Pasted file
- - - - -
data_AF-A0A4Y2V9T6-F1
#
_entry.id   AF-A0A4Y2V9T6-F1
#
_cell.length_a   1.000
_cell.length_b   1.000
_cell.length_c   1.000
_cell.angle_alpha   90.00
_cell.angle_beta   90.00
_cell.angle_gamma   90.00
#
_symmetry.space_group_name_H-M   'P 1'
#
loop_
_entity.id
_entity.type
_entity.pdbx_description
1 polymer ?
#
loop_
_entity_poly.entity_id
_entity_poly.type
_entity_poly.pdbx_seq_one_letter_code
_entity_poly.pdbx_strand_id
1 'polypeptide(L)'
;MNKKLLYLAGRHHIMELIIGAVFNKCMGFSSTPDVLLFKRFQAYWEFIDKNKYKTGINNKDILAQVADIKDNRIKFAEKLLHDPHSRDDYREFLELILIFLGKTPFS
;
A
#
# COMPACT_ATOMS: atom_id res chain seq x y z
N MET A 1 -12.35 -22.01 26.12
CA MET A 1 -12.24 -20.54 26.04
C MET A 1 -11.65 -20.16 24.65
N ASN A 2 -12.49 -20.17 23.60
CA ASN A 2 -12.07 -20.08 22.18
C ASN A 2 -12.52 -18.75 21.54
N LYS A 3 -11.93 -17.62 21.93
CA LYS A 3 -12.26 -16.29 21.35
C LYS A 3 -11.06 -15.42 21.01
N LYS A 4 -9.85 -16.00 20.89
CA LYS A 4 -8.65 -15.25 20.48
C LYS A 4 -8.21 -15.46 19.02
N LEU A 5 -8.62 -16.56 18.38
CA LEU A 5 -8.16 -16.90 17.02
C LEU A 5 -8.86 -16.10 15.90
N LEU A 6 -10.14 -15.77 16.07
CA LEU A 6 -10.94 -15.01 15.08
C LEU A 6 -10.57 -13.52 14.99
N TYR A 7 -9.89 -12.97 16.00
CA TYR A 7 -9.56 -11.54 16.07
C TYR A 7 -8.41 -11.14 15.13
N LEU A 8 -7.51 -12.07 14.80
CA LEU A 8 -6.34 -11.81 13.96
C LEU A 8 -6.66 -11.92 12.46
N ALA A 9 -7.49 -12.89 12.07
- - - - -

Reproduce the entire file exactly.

data_AF-A0A4Y2V9T6-F1
#
_entry.id   AF-A0A4Y2V9T6-F1
#
_cell.length_a   1.000
_cell.length_b   1.000
_cell.length_c   1.000
_cell.angle_alpha   90.00
_cell.angle_beta   90.00
_cell.angle_gamma   90.00
#
_symmetry.space_group_name_H-M   'P 1'
#
loop_
_entity.id
_entity.type
_entity.pdbx_description
1 polymer ?
#
loop_
_entity_poly.entity_id
_entity_poly.type
_entity_poly.pdbx_seq_one_letter_code
_entity_poly.pdbx_strand_id
1 'polypeptide(L)'
;MNKKLLYLAGRHHIMELIIGAVFNKCMGFSSTPDVLLFKRFQAYWEFIDKNKYKTGINNKDILAQVADIKDNRIKFAEKLLHDPHSRDDYREFLELILIFLGKTPFS
;
A
#
# COMPACT_ATOMS: atom_id res chain seq x y z
N MET A 1 -12.35 -22.01 26.12
CA MET A 1 -12.24 -20.54 26.04
C MET A 1 -11.65 -20.16 24.65
N ASN A 2 -12.49 -20.17 23.60
CA ASN A 2 -12.07 -20.08 22.18
C ASN A 2 -12.52 -18.75 21.54
N LYS A 3 -11.93 -17.62 21.93
CA LYS A 3 -12.26 -16.29 21.35
C LYS A 3 -11.06 -15.42 21.01
N LYS A 4 -9.85 -16.00 20.89
CA LYS A 4 -8.65 -15.25 20.48
C LYS A 4 -8.21 -15.46 19.02
N LEU A 5 -8.62 -16.56 18.38
CA LEU A 5 -8.16 -16.90 17.02
C LEU A 5 -8.86 -16.10 15.90
N LEU A 6 -10.14 -15.77 16.07
CA LEU A 6 -10.94 -15.01 15.08
C LEU A 6 -10.57 -13.52 14.99
N TYR A 7 -9.89 -12.97 16.00
CA TYR A 7 -9.56 -11.54 16.07
C TYR A 7 -8.41 -11.14 15.13
N LEU A 8 -7.51 -12.07 14.80
CA LEU A 8 -6.34 -11.81 13.96
C LEU A 8 -6.66 -11.92 12.46
N ALA A 9 -7.49 -12.89 12.07